Fort Review

20 May 2021
The kids are all right

Once upon a time, children played outdoors. Which sounds crazy, we know, but they really did. Before the era of YouTube, Fortnite and Covid, they skinned their knees climbing trees, did mad stunts on their bikes (usually either a Chopper or a Grifter), and generally ran around like pint-sized loons, dodging all the white dog poo on the pavement. Fort is a game which celebrates all this, and is sure to deliver a sherbet rush of nostalgia to anyone old enough to get any of the references in the last sentence. (And even if you’re not, don’t worry, you’ll still love it.)

Grant Rodiek’s sweet little deckbuilder was once incarnated as SPQF, with a rather less striking Ancient Roman anthropomorphic animal theme. But, having been robustly reimagined by the big brains at Leder Games (home to the similarly single-syllabled Vast, Root and Oath), it now comes loaded with a personality far bigger than the appropriately diminutive size of its box.  

The scrappy kid theme is most immediately borne out by the art of Leder’s in-house scribbler Kyle Ferrin, whose bright, ink-rendered characters bring to mind the vivid-imaginary adventures of Calvin and Hobbes, or the antics of Charles Schultz’s Peanuts gang. But, remarkably for a game which could be dismissed as a re-skin, it goes right down to the bones of the mechanisms too, most significantly one which also offers a truly neat twist on the deckbuilding genre. 

The aim, primarily, is to be the first gang to build a cardboard-box fort, which is achieved over five stages of levelling-up progress by hoarding and spending resources (pizzas and toys). To do this, you’ll need to recruit some handy friends (represented by cards in six suits: books, glue, skateboards, etc.) and think very carefully about which kids you play with on your turn. Strictly speaking, you can only play with one of them to trigger one or two actions: a public action, which can be copied by any other players who are able to match the played card’s suit, and/or a private action, which only you can use. But some actions can be valuably boosted by playing down other suit-matching cards from your five-strong hand – a move which also offers another benefit. 

With most deckbuilders, any unused cards go into your discard at the end of your turn, but not so with Fort. Here you put them out in your Yard, where they can be recruited by any of the other players during their turns, as if the cards were part of the central market (aka the Park). That’s right: if you don’t play with the kids in your gang, they go off looking for someone else to play with. Which makes perfect sense, right? The only exceptions are your two best friends who you start the game with, and will never leave your deck (unless you post them in your Lookout, which offers a way to keep cards safe while retaining use of their suit symbols).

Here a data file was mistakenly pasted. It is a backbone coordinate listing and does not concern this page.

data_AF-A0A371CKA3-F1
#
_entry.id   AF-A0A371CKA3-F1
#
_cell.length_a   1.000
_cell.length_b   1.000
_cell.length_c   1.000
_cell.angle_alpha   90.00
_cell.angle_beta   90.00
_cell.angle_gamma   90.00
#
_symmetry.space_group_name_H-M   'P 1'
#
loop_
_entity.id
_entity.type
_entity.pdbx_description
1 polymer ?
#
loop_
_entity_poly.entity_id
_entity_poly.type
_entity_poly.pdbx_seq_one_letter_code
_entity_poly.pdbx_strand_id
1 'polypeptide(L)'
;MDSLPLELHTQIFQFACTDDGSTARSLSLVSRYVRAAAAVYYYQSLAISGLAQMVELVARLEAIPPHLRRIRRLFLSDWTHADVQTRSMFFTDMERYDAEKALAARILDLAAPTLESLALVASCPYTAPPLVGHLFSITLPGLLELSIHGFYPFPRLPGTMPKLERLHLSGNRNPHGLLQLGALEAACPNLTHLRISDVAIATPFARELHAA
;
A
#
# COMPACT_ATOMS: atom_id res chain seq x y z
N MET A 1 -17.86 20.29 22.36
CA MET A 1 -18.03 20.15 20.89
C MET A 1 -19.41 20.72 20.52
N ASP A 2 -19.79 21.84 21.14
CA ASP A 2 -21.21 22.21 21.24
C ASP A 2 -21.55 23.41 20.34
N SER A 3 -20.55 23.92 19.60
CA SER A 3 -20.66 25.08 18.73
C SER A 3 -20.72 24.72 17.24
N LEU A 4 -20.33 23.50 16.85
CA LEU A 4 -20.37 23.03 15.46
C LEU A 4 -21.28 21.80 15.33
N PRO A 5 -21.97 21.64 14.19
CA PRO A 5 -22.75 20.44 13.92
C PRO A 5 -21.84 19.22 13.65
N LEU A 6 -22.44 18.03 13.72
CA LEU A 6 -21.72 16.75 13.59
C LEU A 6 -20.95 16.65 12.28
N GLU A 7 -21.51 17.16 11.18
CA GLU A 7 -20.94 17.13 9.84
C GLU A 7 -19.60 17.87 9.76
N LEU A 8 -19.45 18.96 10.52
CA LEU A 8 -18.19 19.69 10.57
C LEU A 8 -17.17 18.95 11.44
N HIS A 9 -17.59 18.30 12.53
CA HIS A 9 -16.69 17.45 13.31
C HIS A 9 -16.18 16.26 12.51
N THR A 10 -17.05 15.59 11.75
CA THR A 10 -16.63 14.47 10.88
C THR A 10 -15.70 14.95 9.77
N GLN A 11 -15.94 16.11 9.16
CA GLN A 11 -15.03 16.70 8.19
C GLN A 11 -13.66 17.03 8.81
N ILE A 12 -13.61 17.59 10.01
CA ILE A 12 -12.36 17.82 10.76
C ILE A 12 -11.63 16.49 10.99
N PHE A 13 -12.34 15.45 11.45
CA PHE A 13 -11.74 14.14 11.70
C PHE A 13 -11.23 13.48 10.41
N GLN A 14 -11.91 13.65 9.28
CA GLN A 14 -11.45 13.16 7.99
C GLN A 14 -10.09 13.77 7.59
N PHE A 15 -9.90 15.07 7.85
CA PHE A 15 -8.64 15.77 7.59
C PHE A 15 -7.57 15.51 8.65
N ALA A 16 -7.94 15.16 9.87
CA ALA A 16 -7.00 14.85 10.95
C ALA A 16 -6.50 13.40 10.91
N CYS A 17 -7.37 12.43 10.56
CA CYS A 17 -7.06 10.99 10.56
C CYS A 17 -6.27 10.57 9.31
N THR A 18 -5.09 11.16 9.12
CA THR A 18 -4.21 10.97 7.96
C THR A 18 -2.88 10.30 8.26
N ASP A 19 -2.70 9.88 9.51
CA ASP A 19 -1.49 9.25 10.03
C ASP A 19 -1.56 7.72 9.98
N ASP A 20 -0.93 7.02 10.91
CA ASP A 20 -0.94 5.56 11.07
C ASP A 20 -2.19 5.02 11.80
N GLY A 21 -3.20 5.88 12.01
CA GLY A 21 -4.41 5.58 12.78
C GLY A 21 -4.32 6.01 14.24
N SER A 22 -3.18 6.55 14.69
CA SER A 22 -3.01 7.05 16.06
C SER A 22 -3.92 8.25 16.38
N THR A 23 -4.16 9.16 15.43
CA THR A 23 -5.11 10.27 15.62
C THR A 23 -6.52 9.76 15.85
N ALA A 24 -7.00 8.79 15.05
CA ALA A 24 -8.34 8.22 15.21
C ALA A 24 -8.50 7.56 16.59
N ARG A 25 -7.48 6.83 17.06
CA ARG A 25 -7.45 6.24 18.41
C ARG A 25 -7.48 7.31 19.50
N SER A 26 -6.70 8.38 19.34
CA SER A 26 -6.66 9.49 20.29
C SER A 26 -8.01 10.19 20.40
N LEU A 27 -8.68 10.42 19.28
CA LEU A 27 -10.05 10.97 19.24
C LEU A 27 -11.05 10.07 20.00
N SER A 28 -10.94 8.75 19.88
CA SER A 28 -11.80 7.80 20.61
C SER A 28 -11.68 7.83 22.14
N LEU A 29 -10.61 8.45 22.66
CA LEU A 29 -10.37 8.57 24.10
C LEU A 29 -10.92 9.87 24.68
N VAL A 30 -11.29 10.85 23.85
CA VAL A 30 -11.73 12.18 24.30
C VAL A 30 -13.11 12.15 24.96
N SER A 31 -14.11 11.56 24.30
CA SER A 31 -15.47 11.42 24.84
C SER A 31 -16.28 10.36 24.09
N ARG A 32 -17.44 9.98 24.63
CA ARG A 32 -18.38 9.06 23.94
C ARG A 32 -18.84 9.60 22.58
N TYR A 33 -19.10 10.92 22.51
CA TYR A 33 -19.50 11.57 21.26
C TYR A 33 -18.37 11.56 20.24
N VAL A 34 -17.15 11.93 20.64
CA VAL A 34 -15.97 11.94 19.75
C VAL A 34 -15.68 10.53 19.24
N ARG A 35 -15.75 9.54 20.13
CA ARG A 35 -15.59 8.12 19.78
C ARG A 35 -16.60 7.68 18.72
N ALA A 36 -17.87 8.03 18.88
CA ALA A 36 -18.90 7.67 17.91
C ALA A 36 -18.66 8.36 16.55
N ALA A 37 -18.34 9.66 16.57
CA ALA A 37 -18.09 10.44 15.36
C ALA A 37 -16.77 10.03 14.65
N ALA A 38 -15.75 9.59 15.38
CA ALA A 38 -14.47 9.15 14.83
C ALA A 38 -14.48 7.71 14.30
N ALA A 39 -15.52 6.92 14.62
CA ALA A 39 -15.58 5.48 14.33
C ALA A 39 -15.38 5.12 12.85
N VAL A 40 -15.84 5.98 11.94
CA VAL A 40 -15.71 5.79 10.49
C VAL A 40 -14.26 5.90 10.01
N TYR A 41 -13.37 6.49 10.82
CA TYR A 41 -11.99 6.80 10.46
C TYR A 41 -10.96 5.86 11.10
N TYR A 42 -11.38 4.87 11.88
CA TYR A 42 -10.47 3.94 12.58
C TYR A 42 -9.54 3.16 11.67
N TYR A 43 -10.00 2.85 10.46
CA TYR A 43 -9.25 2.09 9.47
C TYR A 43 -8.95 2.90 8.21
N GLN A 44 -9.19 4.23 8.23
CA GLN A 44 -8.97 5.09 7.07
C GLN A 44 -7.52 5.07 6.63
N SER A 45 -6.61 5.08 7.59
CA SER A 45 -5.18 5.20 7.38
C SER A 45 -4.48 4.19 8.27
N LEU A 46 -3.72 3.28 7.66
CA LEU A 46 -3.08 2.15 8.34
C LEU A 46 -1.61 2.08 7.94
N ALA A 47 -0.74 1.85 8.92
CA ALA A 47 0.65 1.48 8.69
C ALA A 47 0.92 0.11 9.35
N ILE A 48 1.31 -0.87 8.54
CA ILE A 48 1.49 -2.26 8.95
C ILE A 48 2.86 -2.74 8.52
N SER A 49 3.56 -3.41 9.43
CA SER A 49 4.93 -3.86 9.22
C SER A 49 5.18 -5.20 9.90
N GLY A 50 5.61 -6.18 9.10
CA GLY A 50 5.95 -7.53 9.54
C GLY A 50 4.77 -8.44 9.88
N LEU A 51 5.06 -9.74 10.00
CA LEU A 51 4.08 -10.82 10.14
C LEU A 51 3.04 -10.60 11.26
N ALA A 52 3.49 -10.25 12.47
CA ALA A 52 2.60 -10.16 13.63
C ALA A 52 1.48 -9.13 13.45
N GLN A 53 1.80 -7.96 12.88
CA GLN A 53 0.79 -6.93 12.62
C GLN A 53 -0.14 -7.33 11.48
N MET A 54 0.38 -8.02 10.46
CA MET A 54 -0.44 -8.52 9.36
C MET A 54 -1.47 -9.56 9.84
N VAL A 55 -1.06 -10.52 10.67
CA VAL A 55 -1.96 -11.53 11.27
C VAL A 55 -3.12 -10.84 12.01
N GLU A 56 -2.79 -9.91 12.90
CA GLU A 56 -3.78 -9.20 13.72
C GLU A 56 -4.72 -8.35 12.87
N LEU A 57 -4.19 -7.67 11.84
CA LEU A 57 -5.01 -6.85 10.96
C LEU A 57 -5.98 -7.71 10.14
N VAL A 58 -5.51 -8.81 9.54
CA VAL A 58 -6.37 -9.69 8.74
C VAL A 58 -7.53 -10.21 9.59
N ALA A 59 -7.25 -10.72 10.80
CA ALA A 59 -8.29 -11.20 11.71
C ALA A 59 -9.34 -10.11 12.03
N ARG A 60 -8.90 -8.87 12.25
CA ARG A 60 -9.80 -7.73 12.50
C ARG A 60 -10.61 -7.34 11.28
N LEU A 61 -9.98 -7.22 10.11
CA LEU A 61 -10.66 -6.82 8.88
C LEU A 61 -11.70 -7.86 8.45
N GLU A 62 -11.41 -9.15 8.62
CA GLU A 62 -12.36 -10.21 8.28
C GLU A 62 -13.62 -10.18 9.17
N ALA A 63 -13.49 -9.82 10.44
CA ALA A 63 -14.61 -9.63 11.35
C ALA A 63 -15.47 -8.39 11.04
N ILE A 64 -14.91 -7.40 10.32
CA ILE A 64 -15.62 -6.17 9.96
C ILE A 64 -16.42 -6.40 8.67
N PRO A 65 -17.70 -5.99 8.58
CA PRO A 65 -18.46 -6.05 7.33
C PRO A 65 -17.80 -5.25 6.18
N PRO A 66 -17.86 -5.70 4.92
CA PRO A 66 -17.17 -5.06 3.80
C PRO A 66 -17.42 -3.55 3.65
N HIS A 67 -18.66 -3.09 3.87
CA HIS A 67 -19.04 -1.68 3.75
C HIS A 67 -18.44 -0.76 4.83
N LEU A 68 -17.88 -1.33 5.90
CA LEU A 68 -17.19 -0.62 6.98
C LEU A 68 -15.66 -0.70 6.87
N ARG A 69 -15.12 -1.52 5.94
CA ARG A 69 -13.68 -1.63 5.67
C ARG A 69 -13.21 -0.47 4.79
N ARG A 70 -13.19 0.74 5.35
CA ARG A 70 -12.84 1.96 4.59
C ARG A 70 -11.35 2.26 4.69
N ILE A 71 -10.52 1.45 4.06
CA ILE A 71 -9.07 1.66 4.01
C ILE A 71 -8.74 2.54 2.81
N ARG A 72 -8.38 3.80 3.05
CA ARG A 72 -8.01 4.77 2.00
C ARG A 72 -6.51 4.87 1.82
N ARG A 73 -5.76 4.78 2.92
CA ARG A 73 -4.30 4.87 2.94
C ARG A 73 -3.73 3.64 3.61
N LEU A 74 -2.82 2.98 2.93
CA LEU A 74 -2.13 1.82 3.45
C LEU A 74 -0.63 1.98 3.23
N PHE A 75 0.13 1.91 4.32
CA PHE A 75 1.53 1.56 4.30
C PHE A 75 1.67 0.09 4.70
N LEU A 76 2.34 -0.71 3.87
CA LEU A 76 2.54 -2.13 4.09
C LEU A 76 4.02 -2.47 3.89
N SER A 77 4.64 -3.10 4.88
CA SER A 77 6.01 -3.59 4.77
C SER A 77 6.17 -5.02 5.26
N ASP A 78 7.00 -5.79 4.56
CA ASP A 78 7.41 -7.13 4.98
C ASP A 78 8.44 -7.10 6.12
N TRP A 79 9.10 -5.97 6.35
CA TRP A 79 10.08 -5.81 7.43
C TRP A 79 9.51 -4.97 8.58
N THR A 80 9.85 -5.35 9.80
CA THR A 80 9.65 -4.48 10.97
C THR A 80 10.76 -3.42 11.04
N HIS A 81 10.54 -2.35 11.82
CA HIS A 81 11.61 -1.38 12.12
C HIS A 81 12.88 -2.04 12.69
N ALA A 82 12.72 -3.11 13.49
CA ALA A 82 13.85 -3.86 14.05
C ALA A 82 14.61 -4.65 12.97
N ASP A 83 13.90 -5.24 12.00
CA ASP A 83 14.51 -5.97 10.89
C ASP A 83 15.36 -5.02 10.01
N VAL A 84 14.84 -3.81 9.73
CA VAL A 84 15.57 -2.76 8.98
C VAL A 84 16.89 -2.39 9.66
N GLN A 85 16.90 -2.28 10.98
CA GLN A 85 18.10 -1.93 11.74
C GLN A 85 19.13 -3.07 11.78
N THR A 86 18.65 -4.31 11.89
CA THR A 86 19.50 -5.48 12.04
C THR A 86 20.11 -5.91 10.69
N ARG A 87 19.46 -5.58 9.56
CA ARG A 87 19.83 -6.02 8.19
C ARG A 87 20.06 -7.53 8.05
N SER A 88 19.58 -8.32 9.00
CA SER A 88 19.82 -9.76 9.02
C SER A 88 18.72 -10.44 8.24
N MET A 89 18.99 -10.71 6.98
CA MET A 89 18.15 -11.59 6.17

Between the Yard and the use of public actions, Fort is a game which keeps all its players engaged throughout each round, eliminating downtime. You’re also constantly thinking about how best to utilise your small hand, not only to maximise your cards’ impact, but also to reduce the chance that you’ll lose a bunch of them to your opponents. It is interactive, but never turns nasty, its little take-thats proving relatively gentle and unfrustrating. Which, again, chimes perfectly with the kids-at-play theme (they almost always make up in the end). And Fort makes sure that, like those kids, you’ll just want to keep playing and playing. 



It looks great, it plays great, and (assuming you’ve not played SPQF) it does something new and ingenious with a very-well-known-by-now genre.


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Its theme and mechanisms match so well it’s hard to believe Fort started out as another game. This version is definitely an improvement. 

Designer: Grant Rodiek

Publisher: Leder Games

Time: 20-40 minutes

Players: 2-4

Age: 10+

Price: £30

What’s in the box?

  • 68 Kid cards
  • 22 Other cards
  • 4 Player boards
  • 1 Victory track
  • 1 Rule book
  • 30 Wooden pizza tokens
  • 30 Wooden toys tokens
  • 4 Wooden score markers
  • 4 Wooden fort markers
  • 4 Reference sheets

This article originally appeared in issue 47 of Tabletop Gaming. Pick up the latest issue of the UK's fastest-growing gaming magazine in print or digital here or subscribe to make sure you never miss another issue.

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